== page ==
Something Wicked This Way Comes Chapter 1 Arrivals – Characters

Let’s Look at the Characters in Chapter 1 of Ray Bradbury’s Something Wicked This Way Comes.

For this post, I’ll be quoting from the following edition of Ray Bradbury’s masterful novel Something Wicked This Way Comes:

Bradbury, Ray. Something Wicked This Way Comes. Large Print edition, Center Point Publishing, 2000.

The page numbers will be different if you are reading from another edition of the book.

The Seller of Lighting-Rods – Tom Fury

“The seller of lightning-rods arrived just ahead of the storm. He came along the street of Green Town, Illinois, in the late cloudy October day, sneaking glances over his shoulder.” Bradbury, page 15.

What Is Foreshadowing?

“So the salesman jangled and clanged his huge leather kit in which oversized puzzles of ironmongery lay unseen but which his tongue conjured from door to door until he came at last to a lawn which was cut all wrong.” Bradbury page 15.

“The storm salesman nodded as if he had known it all along.” Bradbury page 16.

“‘’What makes you so sure lightning will strike anywhere around here?’ said Jim suddenly, his eyes bright.
The salesman almost flinched. ‘Why, I got a nose, an eye, an ear.'” Bradbury pages 16-17.

“‘No ordinary storm!’ said the salesman. ‘Tom Fury tells you. Fury, ain’t that a fine name for one who sells lightning-rods? Did I take the name? No! Did the name fire me to my occupations? Yes! Grown up, I saw cloudy fires jumping the world, making men hop and hide. Thought: I’ll chart hurricanes, map storms, then run ahead shaking my iron cudgels, my miraculous defenders, in my fists! I’ve shielded and made snug-safe one hundred thousand, count ’em, God-fearing homes. So when I tell you, boys, you’re in dire need, listen!'” Bradbury page 19.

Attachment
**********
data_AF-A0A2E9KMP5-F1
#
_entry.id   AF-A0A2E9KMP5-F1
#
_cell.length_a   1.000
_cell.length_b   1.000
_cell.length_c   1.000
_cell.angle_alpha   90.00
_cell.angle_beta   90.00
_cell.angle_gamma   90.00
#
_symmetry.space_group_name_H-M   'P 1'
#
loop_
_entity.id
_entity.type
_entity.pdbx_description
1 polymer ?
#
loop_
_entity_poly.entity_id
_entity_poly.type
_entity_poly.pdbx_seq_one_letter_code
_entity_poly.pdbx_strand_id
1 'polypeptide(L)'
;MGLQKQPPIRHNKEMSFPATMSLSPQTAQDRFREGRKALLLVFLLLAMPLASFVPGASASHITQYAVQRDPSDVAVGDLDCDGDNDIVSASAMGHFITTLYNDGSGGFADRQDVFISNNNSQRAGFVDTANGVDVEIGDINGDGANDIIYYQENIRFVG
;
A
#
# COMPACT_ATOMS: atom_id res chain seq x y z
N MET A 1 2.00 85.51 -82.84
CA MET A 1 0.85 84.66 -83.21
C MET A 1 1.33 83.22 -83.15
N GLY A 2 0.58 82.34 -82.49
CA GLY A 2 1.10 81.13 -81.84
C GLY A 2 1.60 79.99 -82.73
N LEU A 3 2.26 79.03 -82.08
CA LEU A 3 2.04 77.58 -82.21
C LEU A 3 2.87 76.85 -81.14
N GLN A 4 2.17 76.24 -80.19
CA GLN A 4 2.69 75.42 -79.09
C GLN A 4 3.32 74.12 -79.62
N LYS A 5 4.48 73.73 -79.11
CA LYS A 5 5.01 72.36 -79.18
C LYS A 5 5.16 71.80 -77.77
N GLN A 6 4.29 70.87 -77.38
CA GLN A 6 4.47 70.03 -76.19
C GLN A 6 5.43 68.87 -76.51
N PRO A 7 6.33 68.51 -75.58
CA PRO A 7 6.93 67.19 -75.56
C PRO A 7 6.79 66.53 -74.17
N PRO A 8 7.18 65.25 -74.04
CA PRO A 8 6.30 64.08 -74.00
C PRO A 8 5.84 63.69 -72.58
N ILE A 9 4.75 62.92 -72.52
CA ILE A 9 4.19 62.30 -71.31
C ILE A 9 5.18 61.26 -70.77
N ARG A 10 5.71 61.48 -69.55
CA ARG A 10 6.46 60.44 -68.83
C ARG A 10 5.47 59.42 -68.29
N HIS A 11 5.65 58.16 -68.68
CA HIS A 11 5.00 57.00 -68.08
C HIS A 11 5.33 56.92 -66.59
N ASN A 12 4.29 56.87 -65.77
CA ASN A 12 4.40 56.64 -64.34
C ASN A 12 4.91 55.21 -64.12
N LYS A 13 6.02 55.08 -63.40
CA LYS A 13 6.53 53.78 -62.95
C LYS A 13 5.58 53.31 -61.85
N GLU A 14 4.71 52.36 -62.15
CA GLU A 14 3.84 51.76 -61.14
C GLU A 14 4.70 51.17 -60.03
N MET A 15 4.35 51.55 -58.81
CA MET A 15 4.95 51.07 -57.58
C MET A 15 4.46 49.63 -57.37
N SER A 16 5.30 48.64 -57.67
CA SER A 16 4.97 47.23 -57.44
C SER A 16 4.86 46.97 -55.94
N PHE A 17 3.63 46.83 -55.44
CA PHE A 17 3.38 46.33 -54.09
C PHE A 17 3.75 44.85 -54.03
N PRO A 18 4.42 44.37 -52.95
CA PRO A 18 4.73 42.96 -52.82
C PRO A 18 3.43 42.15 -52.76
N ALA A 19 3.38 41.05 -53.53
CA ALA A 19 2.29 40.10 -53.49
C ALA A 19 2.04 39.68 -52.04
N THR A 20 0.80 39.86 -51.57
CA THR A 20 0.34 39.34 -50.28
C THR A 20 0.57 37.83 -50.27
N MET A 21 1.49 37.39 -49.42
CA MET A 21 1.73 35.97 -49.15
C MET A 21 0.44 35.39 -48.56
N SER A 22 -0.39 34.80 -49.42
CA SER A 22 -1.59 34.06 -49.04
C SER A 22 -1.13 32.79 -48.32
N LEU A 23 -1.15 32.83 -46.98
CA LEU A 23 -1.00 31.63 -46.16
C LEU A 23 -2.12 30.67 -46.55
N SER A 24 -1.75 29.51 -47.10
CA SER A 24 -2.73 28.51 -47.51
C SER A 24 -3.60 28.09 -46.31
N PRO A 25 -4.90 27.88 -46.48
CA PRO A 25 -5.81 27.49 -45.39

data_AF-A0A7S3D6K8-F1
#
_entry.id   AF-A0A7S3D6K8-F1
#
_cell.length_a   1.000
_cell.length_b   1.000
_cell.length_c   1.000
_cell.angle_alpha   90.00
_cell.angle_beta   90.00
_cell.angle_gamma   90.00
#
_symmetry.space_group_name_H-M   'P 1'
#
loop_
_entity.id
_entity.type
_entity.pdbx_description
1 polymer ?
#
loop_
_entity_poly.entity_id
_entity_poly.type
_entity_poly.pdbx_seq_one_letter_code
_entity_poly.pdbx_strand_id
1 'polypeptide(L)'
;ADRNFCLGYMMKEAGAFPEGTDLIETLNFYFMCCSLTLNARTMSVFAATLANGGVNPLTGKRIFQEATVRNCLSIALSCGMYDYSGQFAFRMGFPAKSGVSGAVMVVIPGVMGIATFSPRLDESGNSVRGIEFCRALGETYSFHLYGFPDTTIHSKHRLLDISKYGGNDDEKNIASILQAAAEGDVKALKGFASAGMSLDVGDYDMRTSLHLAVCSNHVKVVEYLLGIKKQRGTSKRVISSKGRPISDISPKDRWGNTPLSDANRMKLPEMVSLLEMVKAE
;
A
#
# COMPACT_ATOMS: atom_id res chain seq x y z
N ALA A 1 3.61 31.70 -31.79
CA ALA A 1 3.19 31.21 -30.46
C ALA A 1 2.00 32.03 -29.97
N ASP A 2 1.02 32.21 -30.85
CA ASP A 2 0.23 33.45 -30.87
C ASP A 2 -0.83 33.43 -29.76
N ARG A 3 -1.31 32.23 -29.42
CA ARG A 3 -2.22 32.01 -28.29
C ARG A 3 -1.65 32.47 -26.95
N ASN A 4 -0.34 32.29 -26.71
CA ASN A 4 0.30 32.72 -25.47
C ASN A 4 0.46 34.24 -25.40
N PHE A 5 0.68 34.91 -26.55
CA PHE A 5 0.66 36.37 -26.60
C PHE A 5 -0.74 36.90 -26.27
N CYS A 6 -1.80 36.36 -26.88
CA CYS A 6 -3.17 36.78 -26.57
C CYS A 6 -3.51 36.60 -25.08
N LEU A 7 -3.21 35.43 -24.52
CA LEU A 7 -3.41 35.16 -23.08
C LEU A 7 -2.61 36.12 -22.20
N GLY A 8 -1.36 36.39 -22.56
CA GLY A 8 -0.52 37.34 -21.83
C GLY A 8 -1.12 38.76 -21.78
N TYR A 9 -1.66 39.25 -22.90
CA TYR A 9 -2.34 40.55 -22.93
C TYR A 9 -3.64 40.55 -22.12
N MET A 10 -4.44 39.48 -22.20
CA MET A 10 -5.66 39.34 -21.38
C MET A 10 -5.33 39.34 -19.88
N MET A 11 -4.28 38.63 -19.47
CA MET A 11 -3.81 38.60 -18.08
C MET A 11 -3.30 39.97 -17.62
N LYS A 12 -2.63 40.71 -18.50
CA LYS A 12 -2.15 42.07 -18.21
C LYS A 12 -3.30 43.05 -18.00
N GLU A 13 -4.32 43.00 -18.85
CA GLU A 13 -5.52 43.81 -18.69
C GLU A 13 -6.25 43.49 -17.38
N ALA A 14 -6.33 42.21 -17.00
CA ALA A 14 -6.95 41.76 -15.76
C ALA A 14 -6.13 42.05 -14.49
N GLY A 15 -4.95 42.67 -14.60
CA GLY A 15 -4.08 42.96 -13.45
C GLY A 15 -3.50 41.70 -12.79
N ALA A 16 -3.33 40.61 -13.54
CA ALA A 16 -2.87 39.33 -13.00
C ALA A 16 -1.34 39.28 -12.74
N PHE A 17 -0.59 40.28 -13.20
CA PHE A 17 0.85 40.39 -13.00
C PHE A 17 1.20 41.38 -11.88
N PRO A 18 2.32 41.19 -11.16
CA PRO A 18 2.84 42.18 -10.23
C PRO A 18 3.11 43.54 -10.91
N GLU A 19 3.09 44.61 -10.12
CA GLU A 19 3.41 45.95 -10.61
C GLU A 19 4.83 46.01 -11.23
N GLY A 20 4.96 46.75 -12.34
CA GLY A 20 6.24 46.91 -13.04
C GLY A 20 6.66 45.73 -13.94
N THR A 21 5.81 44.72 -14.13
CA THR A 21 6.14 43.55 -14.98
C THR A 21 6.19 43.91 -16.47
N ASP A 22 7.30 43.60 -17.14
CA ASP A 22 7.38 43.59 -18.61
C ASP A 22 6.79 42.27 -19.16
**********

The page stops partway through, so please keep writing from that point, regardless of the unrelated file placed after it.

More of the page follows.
The name Tom Fury is foreshadowing a fury that lies ahead.

“The salesman reared off, blew his nose in a great kerchief, then walked slowly across the lawn as if approaching a huge time-bomb that ticked silently there.
“He touched Will’s front porch newels, ran his hand over a post, a floorboard, then shut his eyes and leaned against the house to let its bones speak to him.” Bradbury pages 19-20.

“The salesman put his hand out to touch, to stroke, to quiver his fingertips on the old paint. ‘This,’ he said at last, ‘is the one.’” Bradbury page 20.

“And jangling his case full of iron rods, the salesman wheeled about and charged down the walk blinking wildly at the sky, the roof, the trees, at last closing his eyes, moving, sniffing, muttering. ‘Yes, bad, here it comes, feel it, way off now, but running fast. . .’
“And the man in the storm-dark clothes was gone, his cloud-coloured hat pulled down over his eyes, and the trees rustled and the sky seemed very old…” Bradbury page 21.

Will and Jim as a Pair–Two Boys as 1 Character

Will Halloway and Jim Nightshade are the two main characters in Something Wicked This Way Comes. At times, each of the boys acts independently, but often, the two boys act as a unit. In my opinion, the Two-Boys-Joined-as-a-Pair functions as a character that is separate from each of the boys, when viewed separately.